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S.I. Bacterial Overgrowth Syndrome     

 

Common names or abbreviations:

bulletSmall Intestine Bacterial Overgrowth Syndrome

Description or definition:

An overgrowth of the naturally occurring bacteria in the small intestine.  SIBO affects the  function of the intestinal cells and results in symptoms such as intermittent and reoccurring diarrhea.

The bacterial overgrowth that characterizes SIBO can be caused by an underlying condition or disease such as parasites, intestinal obstruction (by a foreign body or tumor), problems with the pancreas, etc.  This is referred to as secondary SIBO.   Bacterial overgrowth can also be a naturally occurring problem in certain breeds such as German Shepherd Dogs.  This is referred to as primary SIBO.  SIBO may be related to lower IgA concentrations in the small intestine.

Diagnosis:

A veterinarian can test the blood for levels associated with changed bacterial populations and can also analyze a sample of the intestinal contents and culture the bacteria to see if there are too many of a certain kind of bacteria.  The dog is also tested for the common underlying causes of bacterial overgrowth.  If no underlying causes are found, the dog is diagnosed with primary SIBO.

Potential Causes:

There are many factors that can cause or contribute to SIBO including, but not limited to, breed predisposition, family history, parasites, gastrointestinal obstruction, reduced intestinal motility, conditions resulting in malabsorption, immune system conditions including IGA deficiency, deficiency of pancreatic enzymes, insufficient acid production of the stomach, and insufficient bile secretion.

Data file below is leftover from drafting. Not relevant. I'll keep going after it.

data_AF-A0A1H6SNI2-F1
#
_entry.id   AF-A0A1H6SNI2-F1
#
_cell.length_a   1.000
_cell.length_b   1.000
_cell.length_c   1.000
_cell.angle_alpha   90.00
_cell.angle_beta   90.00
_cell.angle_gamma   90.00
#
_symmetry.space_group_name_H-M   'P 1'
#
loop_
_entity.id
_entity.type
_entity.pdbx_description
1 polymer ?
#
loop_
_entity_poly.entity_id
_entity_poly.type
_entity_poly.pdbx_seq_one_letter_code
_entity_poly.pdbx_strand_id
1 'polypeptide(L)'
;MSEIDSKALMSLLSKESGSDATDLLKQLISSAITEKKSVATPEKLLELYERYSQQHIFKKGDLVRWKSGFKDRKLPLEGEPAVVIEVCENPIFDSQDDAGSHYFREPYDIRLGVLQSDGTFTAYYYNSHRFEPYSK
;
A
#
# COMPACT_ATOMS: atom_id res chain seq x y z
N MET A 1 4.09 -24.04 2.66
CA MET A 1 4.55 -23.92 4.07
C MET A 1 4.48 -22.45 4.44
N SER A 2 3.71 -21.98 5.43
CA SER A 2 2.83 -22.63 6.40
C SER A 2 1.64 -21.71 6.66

Treatment:

Antibiotics and a low fat diet are often used to control the bacteria, and sometimes multivitamins are added as a supplement to make up for what is not absorbed from the food.  The change in the function of the small intestinal cells is usually reversible once the bacterial populations are once again in balance.  However, in cases of secondary SIBO, the primary condition causing the bacterial imbalance must first be treated before the secondary SIBO can be managed.

Links to sites about this disease:

bullet

http://www.provet.co.uk/health/diseases/git‑bo.htm

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http://www.mesavet.com/library/sibo.htm

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http://www.provet.co.uk/health/signs/diarrhoea.htm

bullet

http://www.merckvetmanual.com/mvm/index.jsp?cfile=htm/bc/25300.htm

bullet

http://www.merckvetmanual.com/mvm/index.jsp?cfile=htm/bc/25200.htm

bullet

http://www.gsdhelpline.com/boweldis.htm

This summary provided by:

bulletJessica S
bulletWildfire Kennel

 

Dedicated to improving the health of ISSR Shiloh Shepherds.

 


Copyright © 1998 - 2009. Shiloh Shepherd Dog™ Club of America.
All rights reserved. Revised: January 2008

The information on this website was written by ISSR breeders and other concerned individuals, however we are are NOT veterinarians. This information is being provided as a general overview, from information we were able to find about each disease through our own research. These summaries are not intended to be relied upon as medical or veterinary advice, nor do we consider ourselves experts in the veterinary field or in any of these conditions. While we do our best to provide the most up to date information, new research is constantly being done on these diseases. We recommend that you do further study and talk to your veterinarian on any topics you see here, as we cannot guarantee that the information posted here is the most current information available.  This site was originally designed and maintained by Debbie Knatz.